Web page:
• Record the location of the primary site
  • Record the size of the tumor
  • Record the histologic (cell type) diagnosis, including grade (differentiation)
  • Record the extent of disease within the primary site and beyond
  • Record the number of lymph nodes removed and number of lymph nodes involved with the disease
  • Record the tumor markers. For example: PSA levels for prostate cancer and CEA levels for colorectal cancer.

Bone Marrow Aspirations

  • Record the date and report number
  • Record the malignant diagnosis such as leukemia, metastasis, or any pertinent comment.
  • It is not critical to abstract all of the actual lab values.

Cytology Reports

  • Record the date and cytology number
  • Record the results of brushings, washings, thoracentesis, and paracentesis with a cancer diagnosis.
    • For example: 09-01-05 Fine Needle Aspirate (FNA) of pleural effusion returns as positive for malignant cells. 

Unit 3.5: Surgery and Other Treatment


Cancer directed treatment is any procedure that modifies, controls, removes, or destroys cancer tissue. 

First course of treatment includes all methods of cancer directed therapy documented in the treatment plan and administered to the patient before disease progression or recurrence. Treatment may include multiple modalities. The time frame for first course of treatment may cover a long period of time e.g. a year or more. No therapy is a treatment option that occurs if the patient refuses treatment, the family or guardian refuses treatment, the patient dies before treatment starts, or the physician recommends no treatment be given.

Treatment Information

Treatment information may be located in:

  • Surgical report
  • Pathology report
  • Radiation therapy records
  • Progress notes
  • Physician order sheets
  • Medicine sheets
  • Discharge notes

Surgery Reports

  • Report the date of the surgery and name of the procedure.
  • Report the primary site, tumor size, lymph node involvement and metastasis.
  • Report the spread of disease on tissues that were not excised. 
     

Note: If there is conflicting information on the reports, please use the following hierarchy to determine the best information:

  • Pathologic information takes precedence over operative information
  • Operative information takes precedence over information from imaging reports
  • Information from imaging reports takes precedence over the physical exam. 
  • Example: If the imaging report states the tumor size is 3cm, but the pathology report states it is 2cm, then record tumor size as 2cm. If the physical exam states the tumor size as a 2cm lesion, but the imaging states it is 3cm, then record the tumor size as 3cm.

Other Treatment – Chemotherapy, Hormone therapy, Radiation therapy, Biological Response Modifiers (BRM), and Other therapy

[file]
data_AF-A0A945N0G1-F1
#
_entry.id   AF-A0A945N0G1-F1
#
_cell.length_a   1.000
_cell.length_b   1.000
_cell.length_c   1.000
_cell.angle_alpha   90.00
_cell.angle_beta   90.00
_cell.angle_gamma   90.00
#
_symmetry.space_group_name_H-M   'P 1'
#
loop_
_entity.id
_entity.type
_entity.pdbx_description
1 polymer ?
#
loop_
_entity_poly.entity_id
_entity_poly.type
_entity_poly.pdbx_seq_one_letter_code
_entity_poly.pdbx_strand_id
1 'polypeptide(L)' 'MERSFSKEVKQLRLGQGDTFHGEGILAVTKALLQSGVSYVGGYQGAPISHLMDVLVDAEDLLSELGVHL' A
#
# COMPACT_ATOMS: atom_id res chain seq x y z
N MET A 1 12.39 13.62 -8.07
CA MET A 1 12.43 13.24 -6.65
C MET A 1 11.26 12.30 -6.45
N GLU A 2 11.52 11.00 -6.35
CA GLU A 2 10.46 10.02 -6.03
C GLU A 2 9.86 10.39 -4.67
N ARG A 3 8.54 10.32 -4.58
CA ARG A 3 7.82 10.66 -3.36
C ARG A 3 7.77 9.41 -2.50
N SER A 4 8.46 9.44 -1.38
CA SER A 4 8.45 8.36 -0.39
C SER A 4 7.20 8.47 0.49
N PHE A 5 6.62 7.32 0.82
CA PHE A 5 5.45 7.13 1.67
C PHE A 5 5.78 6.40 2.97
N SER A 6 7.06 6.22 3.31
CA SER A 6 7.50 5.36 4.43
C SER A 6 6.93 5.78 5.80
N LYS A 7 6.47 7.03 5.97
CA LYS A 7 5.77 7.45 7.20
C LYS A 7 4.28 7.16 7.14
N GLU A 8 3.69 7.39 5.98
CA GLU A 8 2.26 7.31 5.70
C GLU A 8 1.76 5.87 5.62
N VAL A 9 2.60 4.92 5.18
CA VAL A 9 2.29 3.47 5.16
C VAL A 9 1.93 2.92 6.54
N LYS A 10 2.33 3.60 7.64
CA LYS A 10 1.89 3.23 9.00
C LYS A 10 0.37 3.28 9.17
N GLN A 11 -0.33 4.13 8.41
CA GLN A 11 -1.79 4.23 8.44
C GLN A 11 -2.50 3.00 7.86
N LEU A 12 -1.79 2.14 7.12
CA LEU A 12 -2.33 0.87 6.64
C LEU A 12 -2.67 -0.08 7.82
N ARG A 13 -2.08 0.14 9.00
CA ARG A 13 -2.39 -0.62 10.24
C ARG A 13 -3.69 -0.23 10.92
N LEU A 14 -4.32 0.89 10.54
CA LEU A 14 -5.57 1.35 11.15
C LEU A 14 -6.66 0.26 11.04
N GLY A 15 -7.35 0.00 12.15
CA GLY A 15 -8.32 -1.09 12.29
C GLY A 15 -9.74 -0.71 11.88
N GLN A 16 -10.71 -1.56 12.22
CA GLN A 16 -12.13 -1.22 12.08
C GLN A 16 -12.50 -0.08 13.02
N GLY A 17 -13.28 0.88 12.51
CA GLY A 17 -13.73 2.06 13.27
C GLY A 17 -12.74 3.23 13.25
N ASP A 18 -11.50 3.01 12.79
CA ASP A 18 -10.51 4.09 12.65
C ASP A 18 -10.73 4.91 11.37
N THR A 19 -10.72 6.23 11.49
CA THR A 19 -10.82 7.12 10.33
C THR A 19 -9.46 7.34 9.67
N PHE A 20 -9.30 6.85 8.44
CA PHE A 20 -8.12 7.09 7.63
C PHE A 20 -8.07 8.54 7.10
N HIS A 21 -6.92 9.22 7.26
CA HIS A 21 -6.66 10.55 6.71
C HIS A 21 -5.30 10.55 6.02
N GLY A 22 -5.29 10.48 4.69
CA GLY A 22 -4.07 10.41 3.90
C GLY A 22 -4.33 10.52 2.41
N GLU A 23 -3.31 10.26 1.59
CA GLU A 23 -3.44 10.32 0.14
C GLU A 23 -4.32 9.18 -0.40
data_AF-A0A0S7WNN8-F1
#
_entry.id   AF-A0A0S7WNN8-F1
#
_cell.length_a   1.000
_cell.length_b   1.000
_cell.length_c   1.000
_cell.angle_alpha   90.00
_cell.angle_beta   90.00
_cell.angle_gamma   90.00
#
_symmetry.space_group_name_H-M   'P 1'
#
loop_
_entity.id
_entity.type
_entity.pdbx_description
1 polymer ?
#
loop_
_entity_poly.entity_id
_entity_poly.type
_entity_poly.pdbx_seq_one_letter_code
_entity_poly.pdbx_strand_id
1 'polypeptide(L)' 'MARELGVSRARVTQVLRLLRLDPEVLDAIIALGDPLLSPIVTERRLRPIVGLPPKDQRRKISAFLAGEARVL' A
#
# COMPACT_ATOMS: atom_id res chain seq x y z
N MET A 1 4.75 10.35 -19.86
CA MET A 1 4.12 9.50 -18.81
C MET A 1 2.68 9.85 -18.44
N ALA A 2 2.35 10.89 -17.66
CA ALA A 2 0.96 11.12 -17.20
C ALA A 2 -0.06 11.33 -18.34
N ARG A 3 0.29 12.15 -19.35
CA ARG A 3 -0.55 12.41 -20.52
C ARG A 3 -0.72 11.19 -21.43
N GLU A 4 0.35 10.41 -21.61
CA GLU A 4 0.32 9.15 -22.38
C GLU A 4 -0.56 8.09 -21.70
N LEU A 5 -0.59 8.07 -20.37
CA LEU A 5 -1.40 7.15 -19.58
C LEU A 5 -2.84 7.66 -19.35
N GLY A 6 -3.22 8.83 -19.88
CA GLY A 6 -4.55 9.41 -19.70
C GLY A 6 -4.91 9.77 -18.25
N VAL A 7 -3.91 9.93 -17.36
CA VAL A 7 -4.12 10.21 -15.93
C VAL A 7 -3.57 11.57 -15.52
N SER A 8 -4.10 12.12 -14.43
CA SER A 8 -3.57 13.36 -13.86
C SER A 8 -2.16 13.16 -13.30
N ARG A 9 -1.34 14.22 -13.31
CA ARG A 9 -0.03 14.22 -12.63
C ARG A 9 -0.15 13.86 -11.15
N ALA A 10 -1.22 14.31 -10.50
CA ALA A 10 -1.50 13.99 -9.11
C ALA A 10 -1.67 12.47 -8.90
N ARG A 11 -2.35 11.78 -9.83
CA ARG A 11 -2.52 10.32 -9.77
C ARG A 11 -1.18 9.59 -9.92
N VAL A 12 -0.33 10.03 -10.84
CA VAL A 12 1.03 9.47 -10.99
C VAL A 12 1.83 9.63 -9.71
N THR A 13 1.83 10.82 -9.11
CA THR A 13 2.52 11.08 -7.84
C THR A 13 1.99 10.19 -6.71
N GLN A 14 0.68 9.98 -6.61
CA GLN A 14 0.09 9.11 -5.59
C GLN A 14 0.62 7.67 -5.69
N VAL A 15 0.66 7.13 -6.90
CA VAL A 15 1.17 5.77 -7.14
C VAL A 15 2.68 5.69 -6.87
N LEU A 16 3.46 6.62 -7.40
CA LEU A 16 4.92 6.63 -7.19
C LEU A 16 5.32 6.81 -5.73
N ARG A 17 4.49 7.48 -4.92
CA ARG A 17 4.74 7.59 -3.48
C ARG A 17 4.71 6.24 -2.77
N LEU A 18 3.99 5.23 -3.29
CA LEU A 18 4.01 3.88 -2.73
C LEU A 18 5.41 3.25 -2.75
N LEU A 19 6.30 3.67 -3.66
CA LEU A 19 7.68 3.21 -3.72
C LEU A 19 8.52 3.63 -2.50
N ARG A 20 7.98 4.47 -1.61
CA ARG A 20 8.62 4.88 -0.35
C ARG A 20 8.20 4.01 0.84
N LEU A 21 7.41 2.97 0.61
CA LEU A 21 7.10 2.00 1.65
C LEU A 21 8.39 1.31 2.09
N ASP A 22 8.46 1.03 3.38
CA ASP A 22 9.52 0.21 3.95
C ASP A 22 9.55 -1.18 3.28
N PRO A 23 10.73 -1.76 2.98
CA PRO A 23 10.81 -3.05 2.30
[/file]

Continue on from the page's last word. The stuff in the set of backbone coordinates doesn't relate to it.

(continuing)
• Report the dates
  • Report all methods of therapy recorded in the treatment plan and administered to the patient 

Unit 3.6: One Last Step...Before Moving on to the Next Case


Perform visual editing:

  • Check all dates
  • Check demographic information
  • Does the text support the primary site, laterality, histology and stage?
  • Well summarized documentation aids in quality assurance activities
  • Text documentation is required data for reporting to the Tennessee Cancer Registry.

Unit 3.7: Ambiguous Terminology


Often times, the medical record clearly indicates the patient has cancer by using specific terms that are synonymous with cancer (i.e., carcinoma, adenocarcinoma, etc.). However, a diagnosis of cancer is not always clearly stated and ambiguous terminology may be used. Ambiguous terminology may appear in any source document, such as pathology report, radiology report, or from a clinical report. 
An abstract must be submitted if any ambiguous term which is considered diagnostic of cancer is used (see the following list of ambiguous terms). 

Ambiguous terms that are reportable

  • Apparent(ly)
  • Appears (effective with cases diagnosed 1/1/1998 and later)
  • Comparable with (effective with cases diagnosed 1/1/1998 and later)
  • Compatible with (effective with cases diagnosed 1/1/1998 and later)
  • Consistent with
  • Favor(s)
  • Malignant appearing (effective with cases diagnosed 1/1/1998 and later)
  • Most likely
  • Presumed
  • Probable
  • Suspect(ed)
  • Suspicious (for)**
  • Typical (of)

Ambiguous terms that are NOT reportable 
(Do not accession cases with a diagnosis based on only these terms)

  • Cannot be ruled out
  • Equivocal
  • Possible
  • Potentially malignant
  • Questionable
  • Rule(d) out
  • Suggests
  • Worrisome

**Exception: Cytology: Ambiguous terminology should not be used when evaluating cytology for reportability. Abstract the case only if a positive biopsy or a physicians's clinical impression of cancer supports the ambiguous cytology finding.

For example: A diagnosis of probable carcinoma of the colon would be considered diagnostic and the case would be reported. 

A diagnosis of questionable carcinoma of the left breast would not be considered diagnostic and the case would not be reported

A possible carcinoma is not reportable. 

Module 3 Review and Quiz


To accurately abstract pertinent information from a medical record, a cancer registrar should be familiar with medical terminology and diagnostic procedures.

Most medical records contain patient identification information, biographical information, medical history, and physical examination. 

Reports contained within a medical record include, but are not limited to: face sheet, imaging reports, cytology reports, pathology reports, surgery reports, consult reports, discharge summary. 

Each healthcare facility has its own measures for organizing a medical record. Usually, a record will be organized with the latest admission located at the front of the record.

A separate abstract is generally prepared for each unrelated malignancy.
Information may be added to the patient's medical record that was not available at initial diagnosis or at discharge. 

It is usually not beneficial to abstract a case immediately upon discharge from the healthcare facility. Accepted practice allows for cases to be abstracted within six months of the date of diagnosis. This offers the opportunity for all pertinent diagnostic and treatment information to be collected in the medical record.

Quiz for Module 3

Click here to take the  Module 3 Quiz.